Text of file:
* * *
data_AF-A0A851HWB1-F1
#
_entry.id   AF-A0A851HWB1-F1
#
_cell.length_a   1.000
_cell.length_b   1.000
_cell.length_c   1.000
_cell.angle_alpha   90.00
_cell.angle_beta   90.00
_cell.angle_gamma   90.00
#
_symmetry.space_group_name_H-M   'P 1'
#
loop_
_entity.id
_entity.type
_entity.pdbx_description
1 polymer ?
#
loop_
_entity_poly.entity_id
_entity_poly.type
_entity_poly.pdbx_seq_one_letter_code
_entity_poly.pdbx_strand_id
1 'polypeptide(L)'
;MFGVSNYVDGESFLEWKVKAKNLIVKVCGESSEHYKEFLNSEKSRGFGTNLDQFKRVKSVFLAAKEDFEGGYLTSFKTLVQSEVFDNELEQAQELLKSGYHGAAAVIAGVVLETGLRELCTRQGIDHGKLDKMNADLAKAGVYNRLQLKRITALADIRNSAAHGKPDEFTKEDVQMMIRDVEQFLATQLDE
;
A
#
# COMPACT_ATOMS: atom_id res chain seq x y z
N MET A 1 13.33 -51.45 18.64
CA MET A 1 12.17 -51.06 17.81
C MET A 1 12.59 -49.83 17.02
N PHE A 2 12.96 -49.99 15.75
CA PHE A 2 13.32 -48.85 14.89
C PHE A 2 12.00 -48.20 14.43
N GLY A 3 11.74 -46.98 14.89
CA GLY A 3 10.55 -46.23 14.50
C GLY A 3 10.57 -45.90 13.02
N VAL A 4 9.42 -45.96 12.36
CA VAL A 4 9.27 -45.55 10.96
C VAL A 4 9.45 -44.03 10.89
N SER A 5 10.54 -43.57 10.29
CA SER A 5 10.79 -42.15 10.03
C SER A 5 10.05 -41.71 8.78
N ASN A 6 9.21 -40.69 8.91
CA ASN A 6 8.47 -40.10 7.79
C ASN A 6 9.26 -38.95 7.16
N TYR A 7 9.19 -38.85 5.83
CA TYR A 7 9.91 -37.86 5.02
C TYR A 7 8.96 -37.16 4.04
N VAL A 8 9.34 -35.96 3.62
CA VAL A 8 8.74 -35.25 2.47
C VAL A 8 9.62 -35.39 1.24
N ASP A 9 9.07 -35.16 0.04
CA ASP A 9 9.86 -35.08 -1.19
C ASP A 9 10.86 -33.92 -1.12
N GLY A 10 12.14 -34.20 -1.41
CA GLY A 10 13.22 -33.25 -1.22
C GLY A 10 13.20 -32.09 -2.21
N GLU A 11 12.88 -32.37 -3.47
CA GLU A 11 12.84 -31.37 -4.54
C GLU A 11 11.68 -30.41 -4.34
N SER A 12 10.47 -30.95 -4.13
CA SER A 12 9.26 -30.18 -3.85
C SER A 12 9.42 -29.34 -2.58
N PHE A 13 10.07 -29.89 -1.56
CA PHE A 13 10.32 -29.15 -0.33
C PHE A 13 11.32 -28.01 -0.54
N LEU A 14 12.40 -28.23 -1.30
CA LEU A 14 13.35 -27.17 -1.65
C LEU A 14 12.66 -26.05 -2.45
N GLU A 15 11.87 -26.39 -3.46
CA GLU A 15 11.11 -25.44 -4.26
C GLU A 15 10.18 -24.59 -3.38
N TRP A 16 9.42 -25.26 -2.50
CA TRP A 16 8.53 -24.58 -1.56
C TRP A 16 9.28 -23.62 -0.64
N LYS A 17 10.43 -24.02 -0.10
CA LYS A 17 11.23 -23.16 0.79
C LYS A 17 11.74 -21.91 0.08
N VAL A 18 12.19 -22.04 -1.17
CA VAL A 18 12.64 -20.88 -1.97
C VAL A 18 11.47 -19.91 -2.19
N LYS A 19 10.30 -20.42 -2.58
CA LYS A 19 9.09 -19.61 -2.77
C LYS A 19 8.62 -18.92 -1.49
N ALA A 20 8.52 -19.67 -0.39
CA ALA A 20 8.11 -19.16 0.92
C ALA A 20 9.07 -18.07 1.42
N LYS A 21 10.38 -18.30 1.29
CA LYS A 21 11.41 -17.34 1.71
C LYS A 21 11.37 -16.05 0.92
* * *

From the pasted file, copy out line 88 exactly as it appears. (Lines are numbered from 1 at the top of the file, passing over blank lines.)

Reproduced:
N ALA A 20 8.52 -19.67 -0.39